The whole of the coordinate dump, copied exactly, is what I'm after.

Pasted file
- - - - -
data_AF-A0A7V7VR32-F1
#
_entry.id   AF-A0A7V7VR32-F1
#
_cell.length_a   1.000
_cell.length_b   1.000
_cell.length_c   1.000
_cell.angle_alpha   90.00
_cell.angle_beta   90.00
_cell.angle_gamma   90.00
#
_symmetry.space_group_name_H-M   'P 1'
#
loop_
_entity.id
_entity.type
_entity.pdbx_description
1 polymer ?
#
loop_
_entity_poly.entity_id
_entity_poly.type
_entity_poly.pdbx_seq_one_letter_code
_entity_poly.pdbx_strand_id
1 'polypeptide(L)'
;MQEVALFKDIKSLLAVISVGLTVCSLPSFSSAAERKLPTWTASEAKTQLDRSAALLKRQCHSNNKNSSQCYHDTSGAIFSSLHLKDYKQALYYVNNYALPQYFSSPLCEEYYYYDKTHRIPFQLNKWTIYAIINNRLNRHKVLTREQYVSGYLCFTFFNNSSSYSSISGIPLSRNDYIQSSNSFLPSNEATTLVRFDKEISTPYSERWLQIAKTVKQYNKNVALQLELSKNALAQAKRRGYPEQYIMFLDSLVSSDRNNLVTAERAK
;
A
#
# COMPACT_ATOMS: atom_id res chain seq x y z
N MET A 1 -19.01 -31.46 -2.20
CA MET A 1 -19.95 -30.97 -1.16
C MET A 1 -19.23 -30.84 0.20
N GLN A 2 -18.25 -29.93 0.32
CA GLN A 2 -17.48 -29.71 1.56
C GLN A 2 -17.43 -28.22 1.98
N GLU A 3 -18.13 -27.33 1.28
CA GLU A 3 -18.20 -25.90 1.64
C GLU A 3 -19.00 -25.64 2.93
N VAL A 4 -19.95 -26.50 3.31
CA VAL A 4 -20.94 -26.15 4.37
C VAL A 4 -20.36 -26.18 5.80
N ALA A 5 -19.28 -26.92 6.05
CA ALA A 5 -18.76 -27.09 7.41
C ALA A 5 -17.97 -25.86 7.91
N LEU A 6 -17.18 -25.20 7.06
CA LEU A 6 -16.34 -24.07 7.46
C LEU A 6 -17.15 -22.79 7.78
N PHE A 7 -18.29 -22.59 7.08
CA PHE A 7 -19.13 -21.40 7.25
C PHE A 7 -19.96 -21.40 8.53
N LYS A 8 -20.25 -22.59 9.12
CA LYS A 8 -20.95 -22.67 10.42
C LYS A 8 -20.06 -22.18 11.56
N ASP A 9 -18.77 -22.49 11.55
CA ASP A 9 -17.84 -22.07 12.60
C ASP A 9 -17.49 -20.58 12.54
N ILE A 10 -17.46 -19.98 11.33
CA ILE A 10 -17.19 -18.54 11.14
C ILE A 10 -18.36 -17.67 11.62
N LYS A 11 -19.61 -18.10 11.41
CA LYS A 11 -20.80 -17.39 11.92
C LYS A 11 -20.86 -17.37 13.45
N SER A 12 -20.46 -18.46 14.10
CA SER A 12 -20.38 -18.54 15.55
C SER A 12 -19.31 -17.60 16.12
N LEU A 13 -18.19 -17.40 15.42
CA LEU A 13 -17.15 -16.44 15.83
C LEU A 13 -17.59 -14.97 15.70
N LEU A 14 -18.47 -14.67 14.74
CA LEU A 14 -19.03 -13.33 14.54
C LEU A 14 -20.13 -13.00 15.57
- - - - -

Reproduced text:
data_AF-A0A7V7VR32-F1
#
_entry.id   AF-A0A7V7VR32-F1
#
_cell.length_a   1.000
_cell.length_b   1.000
_cell.length_c   1.000
_cell.angle_alpha   90.00
_cell.angle_beta   90.00
_cell.angle_gamma   90.00
#
_symmetry.space_group_name_H-M   'P 1'
#
loop_
_entity.id
_entity.type
_entity.pdbx_description
1 polymer ?
#
loop_
_entity_poly.entity_id
_entity_poly.type
_entity_poly.pdbx_seq_one_letter_code
_entity_poly.pdbx_strand_id
1 'polypeptide(L)'
;MQEVALFKDIKSLLAVISVGLTVCSLPSFSSAAERKLPTWTASEAKTQLDRSAALLKRQCHSNNKNSSQCYHDTSGAIFSSLHLKDYKQALYYVNNYALPQYFSSPLCEEYYYYDKTHRIPFQLNKWTIYAIINNRLNRHKVLTREQYVSGYLCFTFFNNSSSYSSISGIPLSRNDYIQSSNSFLPSNEATTLVRFDKEISTPYSERWLQIAKTVKQYNKNVALQLELSKNALAQAKRRGYPEQYIMFLDSLVSSDRNNLVTAERAK
;
A
#
# COMPACT_ATOMS: atom_id res chain seq x y z
N MET A 1 -19.01 -31.46 -2.20
CA MET A 1 -19.95 -30.97 -1.16
C MET A 1 -19.23 -30.84 0.20
N GLN A 2 -18.25 -29.93 0.32
CA GLN A 2 -17.48 -29.71 1.56
C GLN A 2 -17.43 -28.22 1.98
N GLU A 3 -18.13 -27.33 1.28
CA GLU A 3 -18.20 -25.90 1.64
C GLU A 3 -19.00 -25.64 2.93
N VAL A 4 -19.95 -26.50 3.31
CA VAL A 4 -20.94 -26.15 4.37
C VAL A 4 -20.36 -26.18 5.80
N ALA A 5 -19.28 -26.92 6.05
CA ALA A 5 -18.76 -27.09 7.41
C ALA A 5 -17.97 -25.86 7.91
N LEU A 6 -17.18 -25.20 7.06
CA LEU A 6 -16.34 -24.07 7.46
C LEU A 6 -17.15 -22.79 7.78
N PHE A 7 -18.29 -22.59 7.08
CA PHE A 7 -19.13 -21.40 7.25
C PHE A 7 -19.96 -21.40 8.53
N LYS A 8 -20.25 -22.59 9.12
CA LYS A 8 -20.95 -22.67 10.42
C LYS A 8 -20.06 -22.18 11.56
N ASP A 9 -18.77 -22.49 11.55
CA ASP A 9 -17.84 -22.07 12.60
C ASP A 9 -17.49 -20.58 12.54
N ILE A 10 -17.46 -19.98 11.33
CA ILE A 10 -17.19 -18.54 11.14
C ILE A 10 -18.36 -17.67 11.62
N LYS A 11 -19.61 -18.10 11.41
CA LYS A 11 -20.80 -17.39 11.92
C LYS A 11 -20.86 -17.37 13.45
N SER A 12 -20.46 -18.46 14.10
CA SER A 12 -20.38 -18.54 15.55
C SER A 12 -19.31 -17.60 16.12
N LEU A 13 -18.19 -17.40 15.42
CA LEU A 13 -17.15 -16.44 15.83
C LEU A 13 -17.59 -14.97 15.70
N LEU A 14 -18.47 -14.67 14.74
CA LEU A 14 -19.03 -13.33 14.54
C LEU A 14 -20.13 -13.00 15.57